Once the message is received by mobile device 100 the user is preferably notified and the message is opened for viewing on the display of the device so that to the user may start reading the contents 440 of message A. The message could be an email message, a calendar message, a memo-pad message or any other PIM message that could contain relevant information to the user. This is an example of the presently preferred embodiment of the invention when an e-mail message is transmitted to and received by mobile device 100. When a software or firmware module is displaying the e-mail message, as with most incoming data such as calendar or meeting requests, the message will have a sender, indicated in this example by the underlined ‘From: Person Y’ line item. Preferably, the user of the mobile device may scroll through the message he is viewing by one or more navigation means, including but not limited to roller-wheels, thumbwheels, jog dials, cursor keys, touch screen navigation controls. The user can move the cursor to the “from” field. Preferably, either a menu selection appears automatically or alternatively the user invokes a menu selection by input via the navigation or selection means. In a preferred embodiment, a menu item such as ‘Call Address’ is offered as an action among the one or more menu selection action items. An illustrative menu selection is shown in
In the case where the user selects “call person y” 476 a menu process is invoked. This process can perform several functions. In one case, the data handling component searches a local PIM data store 165′ accessible by the software or firmware to determine if there is a contact entry associated with the selected sender's e-mail address or qualified name associated with the e-mail address. The search criterion of the search of the PIM data store may be based on the sender's email address in the e-mail message 440. If more than one phone number is located, the data handling component preferably prompts the user to select which phone number of the plurality is desired for the outbound voice call (as shown in 450). Alternatively, if no entry associated with the address is found, the user can be prompted to input a phone number for this contact (not shown). Once the phone number is selected the data handling component of mobile device 100 transmits a request to the cellular phone component to initiate an outbound voice call from the device 100 to the selected phone number. The necessary components of the cellular phone component of the mobile device then initiates (as shown in 451) and establishes an outbound voice call with the information at least partially collected from the data store 164′.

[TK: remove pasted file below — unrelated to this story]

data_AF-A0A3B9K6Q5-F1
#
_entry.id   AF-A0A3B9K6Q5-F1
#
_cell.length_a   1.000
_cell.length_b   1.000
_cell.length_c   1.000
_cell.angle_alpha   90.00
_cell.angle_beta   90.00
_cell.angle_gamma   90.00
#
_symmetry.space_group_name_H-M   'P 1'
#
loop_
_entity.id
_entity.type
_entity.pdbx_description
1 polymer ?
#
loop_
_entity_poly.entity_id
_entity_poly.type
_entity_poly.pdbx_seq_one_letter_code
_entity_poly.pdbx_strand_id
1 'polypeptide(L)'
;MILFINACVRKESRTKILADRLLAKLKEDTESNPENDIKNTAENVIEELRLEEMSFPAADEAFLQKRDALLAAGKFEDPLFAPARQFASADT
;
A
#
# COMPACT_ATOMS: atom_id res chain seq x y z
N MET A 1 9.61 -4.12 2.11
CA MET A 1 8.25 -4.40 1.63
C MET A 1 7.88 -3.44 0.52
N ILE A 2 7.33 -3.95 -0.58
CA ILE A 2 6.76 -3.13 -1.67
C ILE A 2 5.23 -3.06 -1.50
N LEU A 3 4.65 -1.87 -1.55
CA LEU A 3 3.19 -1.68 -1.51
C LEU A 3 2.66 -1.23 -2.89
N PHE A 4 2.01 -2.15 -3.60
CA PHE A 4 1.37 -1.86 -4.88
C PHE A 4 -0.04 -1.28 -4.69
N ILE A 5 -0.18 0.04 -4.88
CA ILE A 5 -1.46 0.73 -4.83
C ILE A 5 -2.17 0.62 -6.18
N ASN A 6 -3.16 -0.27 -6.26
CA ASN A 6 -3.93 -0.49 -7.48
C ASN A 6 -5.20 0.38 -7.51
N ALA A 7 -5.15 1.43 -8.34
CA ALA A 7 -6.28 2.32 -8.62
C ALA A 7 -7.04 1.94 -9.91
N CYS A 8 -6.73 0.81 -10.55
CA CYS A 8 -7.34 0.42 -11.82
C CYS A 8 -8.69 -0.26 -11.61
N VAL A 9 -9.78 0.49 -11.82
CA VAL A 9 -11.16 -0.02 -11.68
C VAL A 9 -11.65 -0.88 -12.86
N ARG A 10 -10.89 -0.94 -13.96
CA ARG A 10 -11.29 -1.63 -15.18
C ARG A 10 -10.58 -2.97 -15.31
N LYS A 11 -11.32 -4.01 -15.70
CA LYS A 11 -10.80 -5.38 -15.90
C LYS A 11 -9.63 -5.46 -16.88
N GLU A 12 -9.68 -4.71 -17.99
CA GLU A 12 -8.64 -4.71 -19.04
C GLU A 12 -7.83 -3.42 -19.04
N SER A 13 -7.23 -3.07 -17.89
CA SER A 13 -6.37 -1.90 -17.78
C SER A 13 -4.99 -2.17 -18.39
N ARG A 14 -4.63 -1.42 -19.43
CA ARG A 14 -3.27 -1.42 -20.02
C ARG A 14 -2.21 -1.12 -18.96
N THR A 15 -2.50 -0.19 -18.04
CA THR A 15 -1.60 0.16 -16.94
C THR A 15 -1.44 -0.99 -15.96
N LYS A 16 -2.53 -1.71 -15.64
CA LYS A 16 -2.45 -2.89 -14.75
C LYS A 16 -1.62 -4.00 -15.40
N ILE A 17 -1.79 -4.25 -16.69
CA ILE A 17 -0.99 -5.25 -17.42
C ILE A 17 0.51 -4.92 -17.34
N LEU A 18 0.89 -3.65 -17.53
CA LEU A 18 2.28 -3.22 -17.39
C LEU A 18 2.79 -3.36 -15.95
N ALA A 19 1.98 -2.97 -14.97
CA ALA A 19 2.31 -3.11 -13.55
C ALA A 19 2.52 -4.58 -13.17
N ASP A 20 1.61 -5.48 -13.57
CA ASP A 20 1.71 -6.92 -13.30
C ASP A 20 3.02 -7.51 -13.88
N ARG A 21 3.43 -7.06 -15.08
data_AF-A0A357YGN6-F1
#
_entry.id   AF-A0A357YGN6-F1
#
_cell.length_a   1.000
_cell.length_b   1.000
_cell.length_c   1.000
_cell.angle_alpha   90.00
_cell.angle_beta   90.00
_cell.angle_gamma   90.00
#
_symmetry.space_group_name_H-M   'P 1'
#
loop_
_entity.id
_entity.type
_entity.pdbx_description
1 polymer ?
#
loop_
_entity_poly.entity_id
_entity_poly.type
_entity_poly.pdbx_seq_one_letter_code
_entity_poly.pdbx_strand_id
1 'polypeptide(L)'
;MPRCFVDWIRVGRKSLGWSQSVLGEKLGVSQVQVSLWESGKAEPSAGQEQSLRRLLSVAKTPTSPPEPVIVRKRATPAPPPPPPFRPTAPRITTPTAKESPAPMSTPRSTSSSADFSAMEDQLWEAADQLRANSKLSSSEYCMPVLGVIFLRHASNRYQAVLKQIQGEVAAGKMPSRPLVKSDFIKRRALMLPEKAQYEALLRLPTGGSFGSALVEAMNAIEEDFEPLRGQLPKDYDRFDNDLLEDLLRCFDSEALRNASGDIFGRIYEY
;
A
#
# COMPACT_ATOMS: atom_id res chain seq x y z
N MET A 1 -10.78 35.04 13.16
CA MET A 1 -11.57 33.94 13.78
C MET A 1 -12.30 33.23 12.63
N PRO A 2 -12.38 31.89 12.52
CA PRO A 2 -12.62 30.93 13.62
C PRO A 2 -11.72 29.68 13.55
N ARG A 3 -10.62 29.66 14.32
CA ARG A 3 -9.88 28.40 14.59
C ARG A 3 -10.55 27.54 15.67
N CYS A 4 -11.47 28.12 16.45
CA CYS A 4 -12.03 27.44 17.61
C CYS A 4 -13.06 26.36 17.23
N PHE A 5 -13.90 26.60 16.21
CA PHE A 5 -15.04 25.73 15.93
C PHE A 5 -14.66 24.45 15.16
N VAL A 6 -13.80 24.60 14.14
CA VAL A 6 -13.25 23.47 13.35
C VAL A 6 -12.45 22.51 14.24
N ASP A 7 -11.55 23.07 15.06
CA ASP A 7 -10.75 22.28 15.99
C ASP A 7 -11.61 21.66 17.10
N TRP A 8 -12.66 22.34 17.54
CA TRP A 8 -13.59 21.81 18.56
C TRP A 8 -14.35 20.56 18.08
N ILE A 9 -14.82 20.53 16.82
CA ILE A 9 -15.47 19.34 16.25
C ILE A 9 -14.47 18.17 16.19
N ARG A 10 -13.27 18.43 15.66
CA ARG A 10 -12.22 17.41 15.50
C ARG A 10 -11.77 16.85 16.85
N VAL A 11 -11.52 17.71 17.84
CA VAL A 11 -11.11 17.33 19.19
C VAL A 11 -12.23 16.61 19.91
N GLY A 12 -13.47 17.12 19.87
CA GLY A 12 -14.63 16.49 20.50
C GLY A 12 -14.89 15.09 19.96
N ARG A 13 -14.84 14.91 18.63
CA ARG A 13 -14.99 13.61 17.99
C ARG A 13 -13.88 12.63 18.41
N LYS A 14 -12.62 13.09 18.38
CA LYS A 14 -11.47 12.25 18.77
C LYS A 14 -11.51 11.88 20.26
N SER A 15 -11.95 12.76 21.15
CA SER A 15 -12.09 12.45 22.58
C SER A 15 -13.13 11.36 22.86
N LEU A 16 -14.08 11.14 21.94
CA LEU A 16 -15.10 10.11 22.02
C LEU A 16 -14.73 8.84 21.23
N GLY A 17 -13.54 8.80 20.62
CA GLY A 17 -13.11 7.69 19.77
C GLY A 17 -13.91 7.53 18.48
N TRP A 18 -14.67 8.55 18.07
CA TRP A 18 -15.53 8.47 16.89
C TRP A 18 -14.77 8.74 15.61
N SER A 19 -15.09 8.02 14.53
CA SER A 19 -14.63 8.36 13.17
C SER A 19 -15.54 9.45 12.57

During the viewing process the user can select a menu item to input a command 525. In a preferred embodiment, one or more the commands set forth in
If the field the user has highlighted is not an address field other processing will be performed 545. This step cross-references to tab ‘REF A’, which contain other aspects of the invention. If the field is the address field it is checked against a contact list in the PIM data to see if an associated reference exists 550. For one skilled in the art it is clear that this address matching may have already been performed so that a ‘friendly name’ can be displayed to the user. Regardless of when the search was performed, the address is either associated with a contact entry or it is not. If there is no contact entry associated with the highlighted field the user is prompted to enter a number for the named user 555. This number is then provided to the voice-centric component to dial the number 560. If the address field does match a contact entry then a check 565 is performed to see how many numbers exist for this contact entry. If there is more than one phone number in the contact database the user is prompted to select one 570, which is given to the dialer to call 560. If there is only one number the number for the contact entry it is given to the dialer to call 560. Once the call is established the user is connected to the addressee, and can still read message 580.